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Judge Dismisses NFL Player Madden Lawsuit, As Others Join

A federal judge in Los Angeles has dismissed a lawsuit against Electronic Arts levied by retired NFL player Jim Brown over the use of his likeness in the game, but the legal snafu isn't likely over for EA yet.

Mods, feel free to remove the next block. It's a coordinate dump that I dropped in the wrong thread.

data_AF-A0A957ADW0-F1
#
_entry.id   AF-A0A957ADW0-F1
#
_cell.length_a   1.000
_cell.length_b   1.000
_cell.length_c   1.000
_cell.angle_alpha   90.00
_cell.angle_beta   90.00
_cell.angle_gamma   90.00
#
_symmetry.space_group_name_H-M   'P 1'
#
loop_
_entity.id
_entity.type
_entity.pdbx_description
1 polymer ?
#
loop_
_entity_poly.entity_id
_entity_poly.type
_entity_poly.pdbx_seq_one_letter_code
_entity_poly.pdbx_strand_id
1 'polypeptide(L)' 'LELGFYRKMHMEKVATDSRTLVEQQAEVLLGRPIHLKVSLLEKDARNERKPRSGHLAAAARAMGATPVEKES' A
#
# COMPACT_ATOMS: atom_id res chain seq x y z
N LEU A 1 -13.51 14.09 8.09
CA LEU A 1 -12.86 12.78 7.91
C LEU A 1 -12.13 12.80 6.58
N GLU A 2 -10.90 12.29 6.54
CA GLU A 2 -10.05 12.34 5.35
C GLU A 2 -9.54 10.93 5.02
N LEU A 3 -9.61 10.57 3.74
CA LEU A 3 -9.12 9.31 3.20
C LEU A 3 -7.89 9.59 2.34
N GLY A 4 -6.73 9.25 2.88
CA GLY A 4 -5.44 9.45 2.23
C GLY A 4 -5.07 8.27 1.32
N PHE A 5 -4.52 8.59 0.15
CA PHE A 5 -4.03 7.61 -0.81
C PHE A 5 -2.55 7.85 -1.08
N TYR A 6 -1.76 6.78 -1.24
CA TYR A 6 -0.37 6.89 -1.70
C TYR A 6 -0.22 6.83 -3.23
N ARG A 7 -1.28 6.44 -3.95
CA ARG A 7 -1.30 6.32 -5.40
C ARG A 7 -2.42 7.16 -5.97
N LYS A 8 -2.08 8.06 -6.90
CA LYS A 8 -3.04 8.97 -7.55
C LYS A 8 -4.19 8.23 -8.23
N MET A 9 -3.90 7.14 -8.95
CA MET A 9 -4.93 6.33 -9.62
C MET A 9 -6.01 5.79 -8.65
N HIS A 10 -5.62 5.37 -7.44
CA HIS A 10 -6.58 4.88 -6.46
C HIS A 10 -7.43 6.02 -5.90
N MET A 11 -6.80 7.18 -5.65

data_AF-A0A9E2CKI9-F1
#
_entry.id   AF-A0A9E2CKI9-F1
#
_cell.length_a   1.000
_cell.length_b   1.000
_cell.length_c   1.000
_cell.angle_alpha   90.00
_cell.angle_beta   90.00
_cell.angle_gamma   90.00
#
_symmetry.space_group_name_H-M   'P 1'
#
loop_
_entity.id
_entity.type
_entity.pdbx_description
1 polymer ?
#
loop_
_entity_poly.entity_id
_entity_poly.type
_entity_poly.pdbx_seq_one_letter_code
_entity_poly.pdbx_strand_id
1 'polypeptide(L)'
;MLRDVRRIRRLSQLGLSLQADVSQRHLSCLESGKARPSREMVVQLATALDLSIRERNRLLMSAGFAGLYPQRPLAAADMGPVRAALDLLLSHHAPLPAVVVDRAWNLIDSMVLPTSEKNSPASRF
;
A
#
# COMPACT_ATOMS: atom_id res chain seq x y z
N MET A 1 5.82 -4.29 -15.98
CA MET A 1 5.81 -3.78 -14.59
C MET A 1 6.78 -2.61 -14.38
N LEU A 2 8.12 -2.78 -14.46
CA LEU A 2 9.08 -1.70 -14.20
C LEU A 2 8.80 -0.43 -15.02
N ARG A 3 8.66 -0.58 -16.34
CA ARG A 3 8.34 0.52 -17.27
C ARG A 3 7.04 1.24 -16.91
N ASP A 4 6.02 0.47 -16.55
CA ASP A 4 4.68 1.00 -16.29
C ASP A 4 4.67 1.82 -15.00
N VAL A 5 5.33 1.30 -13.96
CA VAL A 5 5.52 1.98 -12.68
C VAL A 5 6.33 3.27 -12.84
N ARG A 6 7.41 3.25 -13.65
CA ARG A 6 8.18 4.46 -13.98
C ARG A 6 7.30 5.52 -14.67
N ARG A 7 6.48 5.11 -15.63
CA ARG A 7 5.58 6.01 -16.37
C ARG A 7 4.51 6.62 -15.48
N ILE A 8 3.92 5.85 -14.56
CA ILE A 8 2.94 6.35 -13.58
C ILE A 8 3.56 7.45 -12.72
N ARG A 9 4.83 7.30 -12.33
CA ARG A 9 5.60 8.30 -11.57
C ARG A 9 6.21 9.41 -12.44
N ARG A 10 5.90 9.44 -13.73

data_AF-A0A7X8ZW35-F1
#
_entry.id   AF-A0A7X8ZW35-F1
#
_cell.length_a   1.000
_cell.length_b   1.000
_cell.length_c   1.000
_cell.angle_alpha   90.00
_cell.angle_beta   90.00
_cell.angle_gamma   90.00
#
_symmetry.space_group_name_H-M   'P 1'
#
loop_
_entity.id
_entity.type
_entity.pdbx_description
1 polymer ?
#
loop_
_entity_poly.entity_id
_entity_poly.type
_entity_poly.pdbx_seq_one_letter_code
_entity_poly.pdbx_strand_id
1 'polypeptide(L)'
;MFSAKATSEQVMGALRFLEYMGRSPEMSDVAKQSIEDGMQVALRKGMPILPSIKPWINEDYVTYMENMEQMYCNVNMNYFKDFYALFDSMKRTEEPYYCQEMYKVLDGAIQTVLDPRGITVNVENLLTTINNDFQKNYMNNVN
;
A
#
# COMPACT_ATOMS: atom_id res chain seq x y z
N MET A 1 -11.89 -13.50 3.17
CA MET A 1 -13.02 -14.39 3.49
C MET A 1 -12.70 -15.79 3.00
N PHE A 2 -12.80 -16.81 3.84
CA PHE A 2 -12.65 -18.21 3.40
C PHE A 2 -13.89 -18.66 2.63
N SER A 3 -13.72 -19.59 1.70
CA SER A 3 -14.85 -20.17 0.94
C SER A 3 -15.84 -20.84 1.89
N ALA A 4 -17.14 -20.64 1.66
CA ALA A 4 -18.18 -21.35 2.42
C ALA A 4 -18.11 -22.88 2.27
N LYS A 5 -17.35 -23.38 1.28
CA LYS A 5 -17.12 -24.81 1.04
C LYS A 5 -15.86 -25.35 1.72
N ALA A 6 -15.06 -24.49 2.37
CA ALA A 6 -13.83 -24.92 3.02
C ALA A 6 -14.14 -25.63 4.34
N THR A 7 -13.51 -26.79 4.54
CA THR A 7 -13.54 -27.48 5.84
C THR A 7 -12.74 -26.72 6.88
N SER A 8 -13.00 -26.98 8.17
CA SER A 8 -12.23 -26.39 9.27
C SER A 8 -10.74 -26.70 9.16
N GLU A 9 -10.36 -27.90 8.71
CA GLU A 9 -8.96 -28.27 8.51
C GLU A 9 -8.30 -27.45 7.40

A federal judge in Los Angeles has dismissed a lawsuit against Electronic Arts levied by retired NFL player Jim Brown, who had alleged that the use of a player similar to him in the Madden NFL games constituted a "false endorsement." Brown's name never appeared in the games, but took issue with the presence of a player with his likeness. The federal judge supported EA's argument that it was exercising its First Amendment rights, reports the New York Times. "The Madden NFL video games are expressive works, akin to an expressive painting that depicts celebrity athletes of past and present in a realistic sporting environment," said United States District Court Judge Florence-Marie Cooper. But Brown, now joined by fellow retired NFL player Herb Adderley, aren't done fighting EA over the alleged appearance of their likenesses in EA Sports title. They've asked for court permission to support a separate case, a suit by college basketballer Sam Keller contesting the use of college players in EA's NCAA titles. The NCAA is backing EA's free speech argument in favor of the games. Keller and the NFL retirees claim that a dismissal of the Keller case would "significantly harm" other athletes, according to the report. A group of retired pro football players recently settled a lawsuit against the NFL Players Association for $26 million for improperly licensing their images. Although in Brown's case Judge Cooper did not find the use of his likeness constituted a false endorsement, she said Brown and players with similar grievances could file a new California lawsuit under a right-of-publicity claim. On the recent ruling, EA spokesman Jeff Brown said in a statement to the Times: "We’re pleased with the decision and believe it is consistent with other rulings, which affirm video games are expressive works protected by the First Amendment."

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